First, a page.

I had gained 10 pounds, on purpose. I was exercising every other
day for cardiovascular endurance and trying a little strength training
when I could. This has pressed home to me that you should never
be to tried to exercise, but always do it so that you will feel
better and be in better shape for injuries and illnesses when they
occur. On a more philosophical note, I realized how great it is
to have a competent and caring partner in life (in this case, my
wife). She was really helpful, doing all the work with the insurance
companies, appointments, and trying to sell our house. We had been
trying to sell our house for six months with no luck. A few days
before the surgery we were going to take it off the market. But,
the house sold on October 5 and we bought a new (old) house that
So, no moving
boxes for me later on. So often during the busy schedule of the
week, things go by unnoticed due to lack of time. If anything, these
disruptive blows in life (e.g., brain tumors) do give you the chance
to refocus and evaluate your priorities and make you appreciate
the simple things you already have.
I told my 5 year
old daughter that tomorrow they are going to do some surgery to
remove my tumor. She wondered what happens if they don't remove
it. I told her it would keep on growing. She said, "will it
keep on growing and growing like a beanstalk and will there be a
castle on top?"
Woke up at 4:00
am to get ready to be at the hospital at 6:00am. My wife drove me
in. I suppose I was as ready as I'll every be and, at this point,
was tried of thinking about the procedure and potential side effects
(I had about a month to ponder all these thoughts and it did tend
to occupy too much of my waking moments).
The check-in procedure
was quick. I was pleased that the hospital gown can actual cover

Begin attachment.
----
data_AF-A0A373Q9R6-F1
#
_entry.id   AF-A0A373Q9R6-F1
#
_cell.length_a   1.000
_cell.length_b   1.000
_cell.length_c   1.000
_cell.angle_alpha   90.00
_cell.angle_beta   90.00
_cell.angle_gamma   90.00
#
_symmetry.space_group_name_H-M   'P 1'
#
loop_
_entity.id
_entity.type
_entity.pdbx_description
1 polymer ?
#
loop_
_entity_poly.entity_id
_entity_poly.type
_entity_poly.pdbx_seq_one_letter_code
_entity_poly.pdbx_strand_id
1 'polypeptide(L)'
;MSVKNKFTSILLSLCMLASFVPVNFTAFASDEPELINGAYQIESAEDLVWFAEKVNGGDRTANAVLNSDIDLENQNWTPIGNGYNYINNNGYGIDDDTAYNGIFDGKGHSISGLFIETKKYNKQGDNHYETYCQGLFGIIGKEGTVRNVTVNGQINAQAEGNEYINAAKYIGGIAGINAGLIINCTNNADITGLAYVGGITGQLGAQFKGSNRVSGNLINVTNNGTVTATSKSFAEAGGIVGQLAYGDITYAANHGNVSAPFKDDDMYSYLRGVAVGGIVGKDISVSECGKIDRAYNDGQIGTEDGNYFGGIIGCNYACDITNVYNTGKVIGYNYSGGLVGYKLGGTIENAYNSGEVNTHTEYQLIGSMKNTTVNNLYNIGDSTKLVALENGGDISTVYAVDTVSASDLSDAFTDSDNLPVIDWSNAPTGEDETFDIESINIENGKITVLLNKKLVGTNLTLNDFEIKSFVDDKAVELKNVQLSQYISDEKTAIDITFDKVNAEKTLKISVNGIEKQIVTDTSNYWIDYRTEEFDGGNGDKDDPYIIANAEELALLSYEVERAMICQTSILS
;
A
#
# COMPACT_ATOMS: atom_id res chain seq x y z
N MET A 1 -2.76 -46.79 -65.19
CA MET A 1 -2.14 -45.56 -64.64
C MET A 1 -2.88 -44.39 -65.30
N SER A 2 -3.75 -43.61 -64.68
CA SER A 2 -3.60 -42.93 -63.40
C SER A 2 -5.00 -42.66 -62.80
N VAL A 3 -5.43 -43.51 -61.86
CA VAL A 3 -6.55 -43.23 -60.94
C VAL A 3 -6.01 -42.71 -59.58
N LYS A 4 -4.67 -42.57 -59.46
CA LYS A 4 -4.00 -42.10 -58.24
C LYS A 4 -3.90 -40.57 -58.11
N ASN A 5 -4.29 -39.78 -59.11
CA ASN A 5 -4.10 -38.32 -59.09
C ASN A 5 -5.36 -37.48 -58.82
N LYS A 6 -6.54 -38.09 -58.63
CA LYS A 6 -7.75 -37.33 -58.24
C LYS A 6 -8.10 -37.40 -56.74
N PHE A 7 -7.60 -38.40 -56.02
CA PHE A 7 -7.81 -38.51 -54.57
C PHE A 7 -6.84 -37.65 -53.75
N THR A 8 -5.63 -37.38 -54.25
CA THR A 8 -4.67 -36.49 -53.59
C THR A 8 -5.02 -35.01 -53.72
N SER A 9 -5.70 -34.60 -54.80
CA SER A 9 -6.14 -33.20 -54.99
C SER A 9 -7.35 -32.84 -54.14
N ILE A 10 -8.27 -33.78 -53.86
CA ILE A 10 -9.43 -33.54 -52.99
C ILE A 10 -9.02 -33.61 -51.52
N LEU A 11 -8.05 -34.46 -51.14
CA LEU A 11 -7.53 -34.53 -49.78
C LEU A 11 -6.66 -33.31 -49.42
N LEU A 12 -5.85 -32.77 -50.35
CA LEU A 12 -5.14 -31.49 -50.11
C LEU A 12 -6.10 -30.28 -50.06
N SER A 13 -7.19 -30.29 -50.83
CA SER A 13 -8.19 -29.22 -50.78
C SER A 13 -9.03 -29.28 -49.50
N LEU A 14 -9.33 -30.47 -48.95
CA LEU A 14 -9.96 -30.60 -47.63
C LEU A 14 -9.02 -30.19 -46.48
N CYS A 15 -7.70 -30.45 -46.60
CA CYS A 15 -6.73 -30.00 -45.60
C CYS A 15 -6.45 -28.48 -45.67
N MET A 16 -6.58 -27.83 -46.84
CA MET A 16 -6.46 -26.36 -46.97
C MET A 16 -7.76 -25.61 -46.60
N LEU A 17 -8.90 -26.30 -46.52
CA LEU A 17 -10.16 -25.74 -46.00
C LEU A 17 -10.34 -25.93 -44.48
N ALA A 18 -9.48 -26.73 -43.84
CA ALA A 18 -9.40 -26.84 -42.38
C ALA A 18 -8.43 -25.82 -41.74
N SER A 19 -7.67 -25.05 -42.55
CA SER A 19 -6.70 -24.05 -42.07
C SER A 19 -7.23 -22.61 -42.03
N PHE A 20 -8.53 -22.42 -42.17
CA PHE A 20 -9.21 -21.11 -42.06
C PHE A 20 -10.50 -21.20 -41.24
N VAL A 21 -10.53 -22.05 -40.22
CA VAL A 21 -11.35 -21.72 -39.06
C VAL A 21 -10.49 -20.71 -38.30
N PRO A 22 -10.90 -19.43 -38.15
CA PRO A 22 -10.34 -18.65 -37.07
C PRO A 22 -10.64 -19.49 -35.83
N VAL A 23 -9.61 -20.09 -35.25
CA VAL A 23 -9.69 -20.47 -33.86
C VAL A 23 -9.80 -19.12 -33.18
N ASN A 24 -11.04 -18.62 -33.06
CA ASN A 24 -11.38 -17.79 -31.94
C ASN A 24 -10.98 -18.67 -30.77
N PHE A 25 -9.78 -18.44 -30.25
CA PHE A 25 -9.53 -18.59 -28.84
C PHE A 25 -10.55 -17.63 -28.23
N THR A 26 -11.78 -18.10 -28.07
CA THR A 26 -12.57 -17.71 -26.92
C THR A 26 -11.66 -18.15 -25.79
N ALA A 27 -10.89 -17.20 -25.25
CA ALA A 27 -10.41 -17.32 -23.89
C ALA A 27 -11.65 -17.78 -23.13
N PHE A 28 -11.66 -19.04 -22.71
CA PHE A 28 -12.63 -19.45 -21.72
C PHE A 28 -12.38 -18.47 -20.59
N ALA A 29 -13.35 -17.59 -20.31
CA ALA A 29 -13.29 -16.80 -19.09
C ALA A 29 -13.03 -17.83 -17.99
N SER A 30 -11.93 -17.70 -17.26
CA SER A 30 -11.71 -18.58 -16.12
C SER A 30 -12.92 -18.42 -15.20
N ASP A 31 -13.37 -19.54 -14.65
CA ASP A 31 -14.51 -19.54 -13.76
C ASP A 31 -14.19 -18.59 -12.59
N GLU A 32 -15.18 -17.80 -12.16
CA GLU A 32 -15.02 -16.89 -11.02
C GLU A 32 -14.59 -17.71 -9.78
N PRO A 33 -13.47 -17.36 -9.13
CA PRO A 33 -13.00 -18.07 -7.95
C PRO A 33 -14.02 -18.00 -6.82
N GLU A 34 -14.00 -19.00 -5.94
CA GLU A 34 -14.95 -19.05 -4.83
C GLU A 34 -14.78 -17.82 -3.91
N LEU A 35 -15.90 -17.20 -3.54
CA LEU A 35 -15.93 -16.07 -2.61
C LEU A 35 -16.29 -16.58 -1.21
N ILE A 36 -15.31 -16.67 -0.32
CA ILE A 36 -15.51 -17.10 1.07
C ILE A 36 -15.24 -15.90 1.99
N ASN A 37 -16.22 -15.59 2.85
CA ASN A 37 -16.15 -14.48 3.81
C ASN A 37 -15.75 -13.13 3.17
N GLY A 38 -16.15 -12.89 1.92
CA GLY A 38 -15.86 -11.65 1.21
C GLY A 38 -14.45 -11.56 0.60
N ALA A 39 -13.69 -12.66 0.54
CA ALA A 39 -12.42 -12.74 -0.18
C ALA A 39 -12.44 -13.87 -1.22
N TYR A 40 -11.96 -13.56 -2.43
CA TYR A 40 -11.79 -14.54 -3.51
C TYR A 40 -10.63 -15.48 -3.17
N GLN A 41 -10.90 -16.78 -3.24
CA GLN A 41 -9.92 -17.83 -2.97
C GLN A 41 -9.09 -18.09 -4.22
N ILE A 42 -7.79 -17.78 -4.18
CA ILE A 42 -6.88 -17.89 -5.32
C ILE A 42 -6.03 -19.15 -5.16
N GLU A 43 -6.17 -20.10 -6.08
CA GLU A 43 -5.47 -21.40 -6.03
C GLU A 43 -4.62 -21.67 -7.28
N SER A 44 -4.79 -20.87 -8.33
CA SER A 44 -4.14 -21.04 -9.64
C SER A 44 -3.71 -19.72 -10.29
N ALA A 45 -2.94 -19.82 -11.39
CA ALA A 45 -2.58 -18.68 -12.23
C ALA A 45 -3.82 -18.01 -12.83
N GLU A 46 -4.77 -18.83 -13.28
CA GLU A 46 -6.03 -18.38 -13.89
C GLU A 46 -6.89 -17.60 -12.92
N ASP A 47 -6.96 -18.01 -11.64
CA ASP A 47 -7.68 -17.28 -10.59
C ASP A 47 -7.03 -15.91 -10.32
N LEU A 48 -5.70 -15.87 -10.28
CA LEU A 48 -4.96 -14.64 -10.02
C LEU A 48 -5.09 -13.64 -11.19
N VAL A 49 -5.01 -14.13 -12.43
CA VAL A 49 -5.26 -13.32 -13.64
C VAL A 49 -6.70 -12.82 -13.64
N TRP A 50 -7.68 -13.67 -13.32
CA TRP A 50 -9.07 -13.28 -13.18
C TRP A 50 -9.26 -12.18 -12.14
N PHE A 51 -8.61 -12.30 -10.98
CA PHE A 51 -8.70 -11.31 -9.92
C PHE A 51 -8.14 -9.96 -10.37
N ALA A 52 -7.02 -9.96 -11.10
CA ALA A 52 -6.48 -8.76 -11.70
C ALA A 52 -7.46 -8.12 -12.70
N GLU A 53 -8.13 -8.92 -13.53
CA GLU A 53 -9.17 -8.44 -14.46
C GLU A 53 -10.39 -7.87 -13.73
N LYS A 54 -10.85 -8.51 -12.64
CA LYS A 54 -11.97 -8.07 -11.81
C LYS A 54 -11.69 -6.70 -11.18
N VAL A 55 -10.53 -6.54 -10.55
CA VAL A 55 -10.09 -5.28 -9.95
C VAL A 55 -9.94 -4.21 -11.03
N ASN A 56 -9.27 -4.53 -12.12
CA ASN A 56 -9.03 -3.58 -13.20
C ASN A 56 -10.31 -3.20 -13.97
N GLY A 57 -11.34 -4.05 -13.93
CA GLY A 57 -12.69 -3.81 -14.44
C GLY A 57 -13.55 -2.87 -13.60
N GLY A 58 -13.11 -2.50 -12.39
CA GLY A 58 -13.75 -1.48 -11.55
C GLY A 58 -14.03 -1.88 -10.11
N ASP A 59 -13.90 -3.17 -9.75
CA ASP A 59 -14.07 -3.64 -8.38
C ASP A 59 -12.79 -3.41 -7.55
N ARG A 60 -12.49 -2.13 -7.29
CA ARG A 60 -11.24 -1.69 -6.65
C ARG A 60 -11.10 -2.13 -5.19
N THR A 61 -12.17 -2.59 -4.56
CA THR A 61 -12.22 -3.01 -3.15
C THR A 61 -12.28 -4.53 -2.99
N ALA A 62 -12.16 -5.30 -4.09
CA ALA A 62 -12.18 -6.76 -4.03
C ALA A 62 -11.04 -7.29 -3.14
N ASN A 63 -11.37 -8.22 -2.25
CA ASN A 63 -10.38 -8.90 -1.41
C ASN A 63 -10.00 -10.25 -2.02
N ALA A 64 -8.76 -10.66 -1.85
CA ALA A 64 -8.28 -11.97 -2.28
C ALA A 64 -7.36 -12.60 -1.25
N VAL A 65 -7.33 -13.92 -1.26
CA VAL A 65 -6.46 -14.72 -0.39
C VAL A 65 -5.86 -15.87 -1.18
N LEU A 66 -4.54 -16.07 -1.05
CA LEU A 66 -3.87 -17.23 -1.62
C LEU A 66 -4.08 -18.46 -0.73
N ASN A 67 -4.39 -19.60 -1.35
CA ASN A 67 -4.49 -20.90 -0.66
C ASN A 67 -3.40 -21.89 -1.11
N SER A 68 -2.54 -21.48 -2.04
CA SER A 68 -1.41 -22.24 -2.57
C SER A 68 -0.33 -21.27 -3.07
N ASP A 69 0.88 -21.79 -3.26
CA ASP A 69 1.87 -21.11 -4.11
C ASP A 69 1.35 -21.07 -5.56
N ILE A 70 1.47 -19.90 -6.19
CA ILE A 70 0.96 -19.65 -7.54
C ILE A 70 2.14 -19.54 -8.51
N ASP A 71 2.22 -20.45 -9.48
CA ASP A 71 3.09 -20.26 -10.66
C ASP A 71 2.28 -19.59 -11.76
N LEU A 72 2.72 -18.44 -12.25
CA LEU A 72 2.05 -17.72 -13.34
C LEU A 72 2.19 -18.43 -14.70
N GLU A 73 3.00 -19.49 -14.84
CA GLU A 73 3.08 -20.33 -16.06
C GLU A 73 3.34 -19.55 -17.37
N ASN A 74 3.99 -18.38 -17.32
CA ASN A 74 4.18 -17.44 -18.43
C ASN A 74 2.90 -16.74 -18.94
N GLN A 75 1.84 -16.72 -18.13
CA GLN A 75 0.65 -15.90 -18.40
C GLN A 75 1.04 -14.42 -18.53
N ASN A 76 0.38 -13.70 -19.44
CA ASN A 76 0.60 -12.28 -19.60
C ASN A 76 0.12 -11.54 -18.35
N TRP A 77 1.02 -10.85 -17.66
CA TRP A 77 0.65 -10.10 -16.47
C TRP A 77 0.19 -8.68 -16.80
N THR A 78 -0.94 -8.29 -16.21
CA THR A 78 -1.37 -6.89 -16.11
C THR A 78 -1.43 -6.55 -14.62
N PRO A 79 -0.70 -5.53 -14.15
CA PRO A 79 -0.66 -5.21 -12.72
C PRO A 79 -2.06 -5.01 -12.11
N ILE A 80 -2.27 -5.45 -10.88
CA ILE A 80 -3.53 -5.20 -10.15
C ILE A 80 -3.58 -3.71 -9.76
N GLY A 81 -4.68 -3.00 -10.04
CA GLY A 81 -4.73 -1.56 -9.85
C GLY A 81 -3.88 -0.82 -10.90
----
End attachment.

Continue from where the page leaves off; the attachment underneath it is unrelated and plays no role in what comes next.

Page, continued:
your rear (not having worn one before, I assumed that a full-moon
was standard). The anesthesiologist came in and introduced himself
and answered any questions about anesthesia. He wanted to know if,
while we were there, if there was anything else you would like taken
out, like an appendix. I mentioned a vasectomy (of course, I would
have to pass on an anthesilogist performing the vasectomy). He injected
me with a "cocktail". (he referred to it as half-gin and
half-vodka). I don't remember much after that-no memories of the
operating table at all. When I woke up next (6.5 hours later-which
was short, it could have taken 8-12 hours), the operation was over.
I woke up in ICU,
and remembered my wife rushing in and talking to me. The surgeons
must have spoken to me earlier, but things were still kind of hazy.
I remember getting some feedback that the operation had went well.
I can remember testing my facial muscles and felt them working normally,
which was a relief-I was sure there was going to be some damage.
I had a slight headache.
I tended to keep
my eyes closed for most of the time. For one thing, I was tried.
Also, each time I blinked, the room tended to tilt to the left a
bit (sort of like being on a rocky boat, which only rocks one way
in a very rapid manner). This sensation does tend to make you nauseous,